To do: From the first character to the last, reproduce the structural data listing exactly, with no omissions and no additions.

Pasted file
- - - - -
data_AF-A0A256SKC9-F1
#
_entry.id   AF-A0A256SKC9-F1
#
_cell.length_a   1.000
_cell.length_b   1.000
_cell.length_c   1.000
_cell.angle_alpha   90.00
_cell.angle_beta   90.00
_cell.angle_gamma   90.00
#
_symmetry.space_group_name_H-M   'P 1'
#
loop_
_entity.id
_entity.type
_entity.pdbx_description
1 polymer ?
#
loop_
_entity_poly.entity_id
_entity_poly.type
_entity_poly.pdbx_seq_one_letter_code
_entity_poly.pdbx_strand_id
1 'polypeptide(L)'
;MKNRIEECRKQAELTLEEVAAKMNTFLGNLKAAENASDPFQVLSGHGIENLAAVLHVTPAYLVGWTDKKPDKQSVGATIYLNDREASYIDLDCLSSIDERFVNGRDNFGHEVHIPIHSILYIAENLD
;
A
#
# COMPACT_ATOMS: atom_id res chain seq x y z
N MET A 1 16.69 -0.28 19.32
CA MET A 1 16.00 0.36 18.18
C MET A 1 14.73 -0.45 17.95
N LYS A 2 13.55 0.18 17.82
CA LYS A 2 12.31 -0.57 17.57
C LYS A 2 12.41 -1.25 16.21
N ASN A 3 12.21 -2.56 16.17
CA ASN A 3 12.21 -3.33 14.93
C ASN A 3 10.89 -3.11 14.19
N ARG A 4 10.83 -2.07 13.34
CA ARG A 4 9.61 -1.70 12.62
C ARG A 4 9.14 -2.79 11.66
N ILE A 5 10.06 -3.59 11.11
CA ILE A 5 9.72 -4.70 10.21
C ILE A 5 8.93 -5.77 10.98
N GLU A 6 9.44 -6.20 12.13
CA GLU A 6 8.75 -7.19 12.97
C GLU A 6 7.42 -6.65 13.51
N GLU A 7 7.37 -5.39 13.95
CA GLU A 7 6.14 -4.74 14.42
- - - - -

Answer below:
data_AF-A0A256SKC9-F1
#
_entry.id   AF-A0A256SKC9-F1
#
_cell.length_a   1.000
_cell.length_b   1.000
_cell.length_c   1.000
_cell.angle_alpha   90.00
_cell.angle_beta   90.00
_cell.angle_gamma   90.00
#
_symmetry.space_group_name_H-M   'P 1'
#
loop_
_entity.id
_entity.type
_entity.pdbx_description
1 polymer ?
#
loop_
_entity_poly.entity_id
_entity_poly.type
_entity_poly.pdbx_seq_one_letter_code
_entity_poly.pdbx_strand_id
1 'polypeptide(L)'
;MKNRIEECRKQAELTLEEVAAKMNTFLGNLKAAENASDPFQVLSGHGIENLAAVLHVTPAYLVGWTDKKPDKQSVGATIYLNDREASYIDLDCLSSIDERFVNGRDNFGHEVHIPIHSILYIAENLD
;
A
#
# COMPACT_ATOMS: atom_id res chain seq x y z
N MET A 1 16.69 -0.28 19.32
CA MET A 1 16.00 0.36 18.18
C MET A 1 14.73 -0.45 17.95
N LYS A 2 13.55 0.18 17.82
CA LYS A 2 12.31 -0.57 17.57
C LYS A 2 12.41 -1.25 16.21
N ASN A 3 12.21 -2.56 16.17
CA ASN A 3 12.21 -3.33 14.93
C ASN A 3 10.89 -3.11 14.19
N ARG A 4 10.83 -2.07 13.34
CA ARG A 4 9.61 -1.70 12.62
C ARG A 4 9.14 -2.79 11.66
N ILE A 5 10.06 -3.59 11.11
CA ILE A 5 9.72 -4.70 10.21
C ILE A 5 8.93 -5.77 10.98
N GLU A 6 9.44 -6.20 12.13
CA GLU A 6 8.75 -7.19 12.97
C GLU A 6 7.42 -6.65 13.51
N GLU A 7 7.37 -5.39 13.95
CA GLU A 7 6.14 -4.74 14.42